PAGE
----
District Reliance by Service Function: A Study of Public Financing of American Special Districts





Over the past several decades, special districts have proliferated and become the most rapidly growing type of local governments in the U.S. This study provides an exploratory investigation of special district finance reliance from two aspects, including expenditure reliance of general–purpose governments on special districts’ service delivery and financing mode of special districts. Using financial data collected from the Bureau of Census, this study provides detailed descriptive analyses on temporal trends and geographical patterns of expenditure reliance and revenue financing mode for four service functions. From the perspective of expenditure reliance, this study shows that special districts have replaced the role of general–purpose governments. In terms of revenue modes, special districts tend to rely on user fees, equating payers and beneficiaries of services. Moreover, this study shows that on which revenue sources the districts rely the most vary by service function and geography.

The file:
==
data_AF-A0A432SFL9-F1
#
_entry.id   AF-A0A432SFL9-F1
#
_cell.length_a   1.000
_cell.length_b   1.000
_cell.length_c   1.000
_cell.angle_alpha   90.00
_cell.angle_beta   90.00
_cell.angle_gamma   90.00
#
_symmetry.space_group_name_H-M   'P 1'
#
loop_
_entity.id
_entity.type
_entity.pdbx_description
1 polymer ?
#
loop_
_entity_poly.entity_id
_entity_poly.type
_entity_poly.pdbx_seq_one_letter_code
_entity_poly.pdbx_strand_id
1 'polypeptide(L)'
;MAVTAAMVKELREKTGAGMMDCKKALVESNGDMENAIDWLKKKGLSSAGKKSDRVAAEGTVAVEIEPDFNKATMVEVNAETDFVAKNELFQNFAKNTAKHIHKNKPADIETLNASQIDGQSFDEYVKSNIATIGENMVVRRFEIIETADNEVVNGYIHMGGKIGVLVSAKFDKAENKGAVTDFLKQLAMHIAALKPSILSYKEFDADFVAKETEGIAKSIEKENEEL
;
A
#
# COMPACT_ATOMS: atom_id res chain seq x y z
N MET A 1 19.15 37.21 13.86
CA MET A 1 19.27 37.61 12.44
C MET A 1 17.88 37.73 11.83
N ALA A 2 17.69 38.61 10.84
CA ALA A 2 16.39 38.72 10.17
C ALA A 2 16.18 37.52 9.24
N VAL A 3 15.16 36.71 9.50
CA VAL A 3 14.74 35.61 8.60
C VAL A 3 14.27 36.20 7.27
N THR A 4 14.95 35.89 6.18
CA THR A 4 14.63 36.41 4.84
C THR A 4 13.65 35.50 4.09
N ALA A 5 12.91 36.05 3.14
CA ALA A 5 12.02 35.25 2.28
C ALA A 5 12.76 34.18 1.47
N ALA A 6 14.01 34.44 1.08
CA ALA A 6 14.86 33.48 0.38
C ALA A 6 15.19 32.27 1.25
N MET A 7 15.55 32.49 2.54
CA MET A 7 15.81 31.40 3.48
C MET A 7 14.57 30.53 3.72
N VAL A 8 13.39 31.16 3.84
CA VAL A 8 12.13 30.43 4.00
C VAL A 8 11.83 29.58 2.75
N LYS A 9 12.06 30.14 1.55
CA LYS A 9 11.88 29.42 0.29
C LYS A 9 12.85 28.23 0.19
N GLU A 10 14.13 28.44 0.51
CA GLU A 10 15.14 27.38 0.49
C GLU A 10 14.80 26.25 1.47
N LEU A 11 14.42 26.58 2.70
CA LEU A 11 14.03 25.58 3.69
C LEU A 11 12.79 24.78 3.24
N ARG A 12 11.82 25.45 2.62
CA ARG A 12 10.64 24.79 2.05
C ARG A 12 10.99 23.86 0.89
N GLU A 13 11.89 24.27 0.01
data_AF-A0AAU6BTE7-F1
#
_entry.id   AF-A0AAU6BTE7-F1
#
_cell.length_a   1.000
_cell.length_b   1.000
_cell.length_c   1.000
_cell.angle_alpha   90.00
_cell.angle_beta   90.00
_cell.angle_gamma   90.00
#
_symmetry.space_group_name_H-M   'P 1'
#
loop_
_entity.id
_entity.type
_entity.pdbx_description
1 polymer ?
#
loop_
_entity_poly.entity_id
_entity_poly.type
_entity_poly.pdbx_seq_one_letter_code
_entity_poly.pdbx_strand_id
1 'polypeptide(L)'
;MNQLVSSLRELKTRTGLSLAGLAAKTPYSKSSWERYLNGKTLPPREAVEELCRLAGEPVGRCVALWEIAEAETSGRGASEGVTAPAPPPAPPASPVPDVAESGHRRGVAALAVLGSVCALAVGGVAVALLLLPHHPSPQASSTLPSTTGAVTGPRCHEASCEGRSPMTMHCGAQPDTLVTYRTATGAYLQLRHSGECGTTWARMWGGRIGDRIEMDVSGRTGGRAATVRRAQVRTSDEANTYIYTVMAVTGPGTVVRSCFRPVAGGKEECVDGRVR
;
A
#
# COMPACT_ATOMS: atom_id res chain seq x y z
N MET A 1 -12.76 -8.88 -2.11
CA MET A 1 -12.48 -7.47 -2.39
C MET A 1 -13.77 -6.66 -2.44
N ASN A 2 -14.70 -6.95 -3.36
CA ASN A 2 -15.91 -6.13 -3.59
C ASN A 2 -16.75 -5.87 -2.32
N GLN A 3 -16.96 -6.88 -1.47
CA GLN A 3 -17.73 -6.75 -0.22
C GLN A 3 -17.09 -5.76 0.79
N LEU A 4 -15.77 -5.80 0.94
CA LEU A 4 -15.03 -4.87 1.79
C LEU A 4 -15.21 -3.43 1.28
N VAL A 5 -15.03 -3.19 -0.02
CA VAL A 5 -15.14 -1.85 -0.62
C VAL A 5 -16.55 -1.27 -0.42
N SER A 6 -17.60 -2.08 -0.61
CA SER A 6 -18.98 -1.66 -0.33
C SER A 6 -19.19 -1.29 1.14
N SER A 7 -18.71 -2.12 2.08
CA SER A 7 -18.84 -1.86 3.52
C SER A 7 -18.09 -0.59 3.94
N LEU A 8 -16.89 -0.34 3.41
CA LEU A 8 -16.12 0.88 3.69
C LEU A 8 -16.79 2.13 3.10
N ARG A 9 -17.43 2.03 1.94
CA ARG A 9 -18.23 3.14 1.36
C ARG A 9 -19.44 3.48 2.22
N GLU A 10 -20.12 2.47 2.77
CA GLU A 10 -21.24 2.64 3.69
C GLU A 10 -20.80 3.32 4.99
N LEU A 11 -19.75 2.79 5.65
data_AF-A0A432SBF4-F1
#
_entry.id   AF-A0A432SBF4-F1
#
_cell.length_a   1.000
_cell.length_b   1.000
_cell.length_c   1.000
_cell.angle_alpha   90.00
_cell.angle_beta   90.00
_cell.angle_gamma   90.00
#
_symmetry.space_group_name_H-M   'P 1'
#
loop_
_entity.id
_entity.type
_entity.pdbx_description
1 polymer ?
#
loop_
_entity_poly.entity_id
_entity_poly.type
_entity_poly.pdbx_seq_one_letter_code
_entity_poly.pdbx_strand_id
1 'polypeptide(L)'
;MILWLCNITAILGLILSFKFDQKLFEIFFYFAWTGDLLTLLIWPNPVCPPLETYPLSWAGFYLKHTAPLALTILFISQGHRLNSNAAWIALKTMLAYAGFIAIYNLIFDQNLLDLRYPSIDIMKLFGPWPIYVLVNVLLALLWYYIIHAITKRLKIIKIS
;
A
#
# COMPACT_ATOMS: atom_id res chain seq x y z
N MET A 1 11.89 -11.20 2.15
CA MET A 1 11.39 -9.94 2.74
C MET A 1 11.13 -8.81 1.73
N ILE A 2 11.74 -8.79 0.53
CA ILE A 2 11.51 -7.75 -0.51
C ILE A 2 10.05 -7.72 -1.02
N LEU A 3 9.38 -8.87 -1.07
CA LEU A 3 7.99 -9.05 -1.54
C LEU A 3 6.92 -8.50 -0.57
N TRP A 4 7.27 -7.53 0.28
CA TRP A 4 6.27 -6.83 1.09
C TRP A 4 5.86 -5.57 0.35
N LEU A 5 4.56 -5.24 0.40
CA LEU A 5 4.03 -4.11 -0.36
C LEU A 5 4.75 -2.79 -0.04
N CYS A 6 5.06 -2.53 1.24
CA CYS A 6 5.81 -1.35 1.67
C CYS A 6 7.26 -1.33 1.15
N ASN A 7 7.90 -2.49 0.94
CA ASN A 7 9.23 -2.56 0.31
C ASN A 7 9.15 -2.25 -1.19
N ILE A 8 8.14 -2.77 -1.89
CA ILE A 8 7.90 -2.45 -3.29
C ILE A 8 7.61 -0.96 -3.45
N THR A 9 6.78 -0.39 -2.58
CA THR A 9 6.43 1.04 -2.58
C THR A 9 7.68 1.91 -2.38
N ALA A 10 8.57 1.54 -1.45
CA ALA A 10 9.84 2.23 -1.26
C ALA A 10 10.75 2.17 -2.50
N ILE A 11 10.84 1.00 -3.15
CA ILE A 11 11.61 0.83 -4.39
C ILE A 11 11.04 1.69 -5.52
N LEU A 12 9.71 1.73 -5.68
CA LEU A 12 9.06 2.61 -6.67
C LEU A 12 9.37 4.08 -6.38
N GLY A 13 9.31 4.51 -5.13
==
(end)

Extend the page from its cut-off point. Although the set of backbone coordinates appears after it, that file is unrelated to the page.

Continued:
Author Biographies

HyungGun Park, SungKyunKwan University

HyungGun Park is a researcher at the Institute of Governance and Policy Evaluation at SungKyunKwan University, South Korea. His research areas are urban governance, intergovernmental relationships, and citizen participation. His recent articles are published in Public Finance and Management, Journal of Asian Public Policy, and Chinese Public Administration Review.

Yu Shi, University of North Texas

Yu Shi is an assistant professor in the Department of Public Administration at the University of North Texas. Her research interests include fiscal federalism, municipal fiscal policies, nonprofit financial management, intergovernmental collaboration, and urban governance. She has published widely in journals in public administration, urban studies, and public finance.






Research Articles